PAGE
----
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Floyd Jones
Born(1917-07-21)July 21, 1917
Marianna, Arkansas, United States
DiedDecember 19, 1989(1989-12-19) (aged 72)
Chicago, Illinois, United States
Genres Blues
Instrument(s)Vocals, guitar, bass guitar
Years active1930s–1980s

Floyd Jones (July 21, 1917 – December 19, 1989) [1] was an African-American blues singer, guitarist and songwriter. He was one of the first of the new generation of electric blues artists to record in Chicago after World War II, and a number of his recordings are regarded as classics of the Chicago blues idiom. [2]

Early life

Jones was born in Marianna, Arkansas. He started playing the guitar seriously after being given one by Howlin' Wolf, and worked as an itinerant musician in Arkansas and Mississippi in the 1930s and early 1940s. He settled in Chicago in 1945. [3]

Playing in Chicago

In Chicago, Jones took up the electric guitar and was one of a number of musicians, playing on Maxwell Street and in nonunion venues in the late 1940s, who played an important role in the development of the postwar Chicago blues. [4] This group included Little Walter and Jimmy Rogers, both of whom went on to become mainstays of the Muddy Waters band; Snooky Pryor; Jones's cousin Moody Jones and the mandolin player Johnny Young.


Jones's first recording session in 1947, with Pryor on harmonica and Moody on guitar, produced the sides "Stockyard Blues" and "Keep What You Got", which formed one of the two records released by the Marvel label. [4] They are one of the earliest examples of the new style on record. A second session, in 1949, resulted in a release on the similarly short-lived Tempo-Tone label. [5]

During the 1950s Jones's records were released by JOB, Chess and Vee-Jay. [4] In 1966, he recorded for the Testament label's Masters of Modern Blues series, on a session shared with singer and guitarist Eddie Taylor. [5]

Unusually for a blues artist of his era, several of his songs have economic or social themes, such as "Stockyard Blues" (which refers to a strike at the Union Stock Yards), "Hard Times" and "Schooldays". [6] His song " On the Road Again" was a top 10 hit for Canned Heat in 1968. [7]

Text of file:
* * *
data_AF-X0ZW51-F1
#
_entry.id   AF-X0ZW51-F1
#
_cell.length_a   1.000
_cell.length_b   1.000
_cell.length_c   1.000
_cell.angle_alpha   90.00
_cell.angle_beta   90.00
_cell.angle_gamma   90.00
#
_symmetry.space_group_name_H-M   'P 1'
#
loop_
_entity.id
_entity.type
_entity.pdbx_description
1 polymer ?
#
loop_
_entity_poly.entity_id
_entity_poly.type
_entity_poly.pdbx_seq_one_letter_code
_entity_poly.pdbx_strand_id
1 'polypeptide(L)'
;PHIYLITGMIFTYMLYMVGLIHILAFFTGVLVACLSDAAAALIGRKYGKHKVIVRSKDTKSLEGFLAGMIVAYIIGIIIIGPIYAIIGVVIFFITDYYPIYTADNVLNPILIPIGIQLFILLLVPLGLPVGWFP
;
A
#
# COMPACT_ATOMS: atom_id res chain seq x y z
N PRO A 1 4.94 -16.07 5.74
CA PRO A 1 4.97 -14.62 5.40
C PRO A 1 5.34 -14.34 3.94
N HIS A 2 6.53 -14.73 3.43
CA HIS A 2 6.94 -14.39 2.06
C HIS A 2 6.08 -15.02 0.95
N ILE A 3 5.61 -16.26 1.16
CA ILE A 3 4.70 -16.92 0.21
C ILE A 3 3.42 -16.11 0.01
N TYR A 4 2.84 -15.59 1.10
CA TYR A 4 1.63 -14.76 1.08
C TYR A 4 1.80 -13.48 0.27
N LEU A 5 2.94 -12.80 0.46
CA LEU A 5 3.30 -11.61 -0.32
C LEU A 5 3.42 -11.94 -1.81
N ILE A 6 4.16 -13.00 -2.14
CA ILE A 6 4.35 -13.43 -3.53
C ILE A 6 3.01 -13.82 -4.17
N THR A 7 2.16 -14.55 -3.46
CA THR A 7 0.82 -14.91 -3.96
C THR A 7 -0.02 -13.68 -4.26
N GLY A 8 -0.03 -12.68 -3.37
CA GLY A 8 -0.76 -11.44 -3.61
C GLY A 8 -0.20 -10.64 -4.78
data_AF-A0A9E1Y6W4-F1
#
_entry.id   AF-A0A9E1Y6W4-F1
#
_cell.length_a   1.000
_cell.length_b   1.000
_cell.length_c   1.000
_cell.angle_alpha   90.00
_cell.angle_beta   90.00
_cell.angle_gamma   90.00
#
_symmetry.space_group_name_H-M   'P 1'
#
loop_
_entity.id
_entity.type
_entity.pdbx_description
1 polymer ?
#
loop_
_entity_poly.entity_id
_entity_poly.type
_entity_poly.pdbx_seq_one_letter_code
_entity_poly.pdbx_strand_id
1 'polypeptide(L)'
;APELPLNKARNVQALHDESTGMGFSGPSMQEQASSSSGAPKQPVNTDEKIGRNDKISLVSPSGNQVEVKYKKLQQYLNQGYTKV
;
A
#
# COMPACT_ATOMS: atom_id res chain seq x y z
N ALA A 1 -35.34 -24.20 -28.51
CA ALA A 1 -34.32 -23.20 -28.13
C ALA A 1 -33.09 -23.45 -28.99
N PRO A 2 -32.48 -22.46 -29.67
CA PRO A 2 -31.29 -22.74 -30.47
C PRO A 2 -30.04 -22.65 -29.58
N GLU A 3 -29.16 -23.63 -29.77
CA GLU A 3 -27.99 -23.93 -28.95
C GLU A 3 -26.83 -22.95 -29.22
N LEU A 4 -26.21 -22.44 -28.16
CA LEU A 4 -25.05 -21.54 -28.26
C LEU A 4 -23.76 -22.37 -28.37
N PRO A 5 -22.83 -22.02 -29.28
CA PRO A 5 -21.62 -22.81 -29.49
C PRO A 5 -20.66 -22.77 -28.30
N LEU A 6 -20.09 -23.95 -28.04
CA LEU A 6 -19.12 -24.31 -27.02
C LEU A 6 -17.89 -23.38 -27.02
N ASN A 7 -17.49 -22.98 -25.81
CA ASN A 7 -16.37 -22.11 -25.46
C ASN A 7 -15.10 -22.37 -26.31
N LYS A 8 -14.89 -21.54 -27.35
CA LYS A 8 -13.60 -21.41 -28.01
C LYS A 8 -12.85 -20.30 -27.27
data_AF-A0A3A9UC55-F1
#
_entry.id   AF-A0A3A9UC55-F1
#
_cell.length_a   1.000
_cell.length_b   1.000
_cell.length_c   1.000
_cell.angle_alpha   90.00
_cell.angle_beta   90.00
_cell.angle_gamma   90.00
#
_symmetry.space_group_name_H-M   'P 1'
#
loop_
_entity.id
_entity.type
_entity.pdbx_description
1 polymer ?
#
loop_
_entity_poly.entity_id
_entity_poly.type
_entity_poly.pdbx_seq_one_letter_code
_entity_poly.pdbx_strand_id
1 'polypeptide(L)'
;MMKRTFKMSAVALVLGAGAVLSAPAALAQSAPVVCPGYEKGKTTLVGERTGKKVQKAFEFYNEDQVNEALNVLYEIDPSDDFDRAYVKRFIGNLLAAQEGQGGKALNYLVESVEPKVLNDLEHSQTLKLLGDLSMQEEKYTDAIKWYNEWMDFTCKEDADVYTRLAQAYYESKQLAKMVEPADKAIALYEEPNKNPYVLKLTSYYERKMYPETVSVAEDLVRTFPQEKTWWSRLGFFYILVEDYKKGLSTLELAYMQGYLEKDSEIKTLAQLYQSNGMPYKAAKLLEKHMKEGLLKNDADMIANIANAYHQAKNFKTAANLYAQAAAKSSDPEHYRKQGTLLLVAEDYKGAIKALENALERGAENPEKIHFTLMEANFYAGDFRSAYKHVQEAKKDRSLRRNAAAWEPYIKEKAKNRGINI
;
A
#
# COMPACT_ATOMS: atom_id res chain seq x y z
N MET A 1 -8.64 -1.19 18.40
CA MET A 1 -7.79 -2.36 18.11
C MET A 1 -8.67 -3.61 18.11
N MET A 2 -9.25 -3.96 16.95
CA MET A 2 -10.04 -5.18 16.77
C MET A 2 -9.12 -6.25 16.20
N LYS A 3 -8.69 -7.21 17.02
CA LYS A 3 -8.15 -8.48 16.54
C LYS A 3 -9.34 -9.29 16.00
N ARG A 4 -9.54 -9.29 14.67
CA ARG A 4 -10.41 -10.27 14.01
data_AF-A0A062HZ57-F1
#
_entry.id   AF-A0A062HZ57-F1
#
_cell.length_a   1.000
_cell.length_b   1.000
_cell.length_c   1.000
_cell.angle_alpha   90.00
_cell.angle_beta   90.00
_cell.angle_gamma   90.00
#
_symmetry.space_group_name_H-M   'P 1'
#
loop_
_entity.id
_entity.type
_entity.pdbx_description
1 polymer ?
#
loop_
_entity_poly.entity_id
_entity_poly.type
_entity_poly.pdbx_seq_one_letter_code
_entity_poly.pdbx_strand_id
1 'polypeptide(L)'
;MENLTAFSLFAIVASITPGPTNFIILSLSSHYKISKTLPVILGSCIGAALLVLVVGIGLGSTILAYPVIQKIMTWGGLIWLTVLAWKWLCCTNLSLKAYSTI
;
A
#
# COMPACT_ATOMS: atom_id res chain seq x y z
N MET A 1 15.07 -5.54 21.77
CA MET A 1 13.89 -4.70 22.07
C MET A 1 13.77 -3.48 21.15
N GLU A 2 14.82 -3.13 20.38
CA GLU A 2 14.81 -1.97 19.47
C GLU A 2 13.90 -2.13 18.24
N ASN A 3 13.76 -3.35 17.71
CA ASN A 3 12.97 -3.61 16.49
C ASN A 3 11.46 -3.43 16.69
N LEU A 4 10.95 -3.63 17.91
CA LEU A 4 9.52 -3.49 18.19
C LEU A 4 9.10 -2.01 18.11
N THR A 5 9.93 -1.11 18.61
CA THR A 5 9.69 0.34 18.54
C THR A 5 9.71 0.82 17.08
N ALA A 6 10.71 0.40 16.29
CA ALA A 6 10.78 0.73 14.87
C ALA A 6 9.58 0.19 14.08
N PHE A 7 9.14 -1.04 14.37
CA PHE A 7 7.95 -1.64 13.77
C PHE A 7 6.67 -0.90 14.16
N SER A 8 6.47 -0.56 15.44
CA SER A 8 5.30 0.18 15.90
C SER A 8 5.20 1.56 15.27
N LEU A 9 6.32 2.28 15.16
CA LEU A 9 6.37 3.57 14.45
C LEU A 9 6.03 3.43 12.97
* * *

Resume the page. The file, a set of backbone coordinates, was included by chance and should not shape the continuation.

Later career and death

Jones continued performing in Chicago for the rest of his life, but he had few further recording opportunities. The album Old Friends Together for the First Time, featuring Jones and David "Honeyboy" Edwards, Sunnyland Slim, Big Walter Horton, and Kansas City Red, was released by Earwig in 1981. Jones sang and played lead guitar on "Mr. Freddy Blues" and sang on "Banty Rooster". [8] In the latter part of his career the electric bass became his main instrument. [2]

He died in Chicago on December 19, 1989, and was buried at Mount Glenwood Memory Gardens, in Willow Springs, Illinois. [9]


  1. ^ Eagle, Bob; LeBlanc, Eric S. (2013). Blues: A Regional Experience. Santa Barbara, California: Praeger. p. 159. ISBN  978-0313344237.
  2. ^ a b "Floyd Jones: Biography". AllMusic. Retrieved April 16, 2008.
  3. ^ "Planet and Marvel". Retrieved May 2, 2008.
  4. ^ a b c Colin Larkin, ed. (1995). The Guinness Who's Who of Blues (Second ed.). Guinness Publishing. p. 207. ISBN  0-85112-673-1.
  5. ^ a b Leadbitter, M.; Slaven, N. (1987). Blues Records 1943 to 1970, Vol. 1: A–K. 2nd ed. London: Record Information Services. pp. 736–737.
  6. ^ Rowe, M. (1981). Chicago Blues: The City and the Music. New York: Da Capo Press. p. 97. ISBN  978-0306801457
  7. ^ "WLS89 Hit Parade". Retrieved April 28, 2008.
  8. ^ "Old Friends". Retrieved September 17, 2014.
  9. ^ Papajohn, George. "Sadly, Legendary Bluesman's End Draws As Little Notice As His Music". Chicago Tribune. Retrieved June 2, 2015.

External links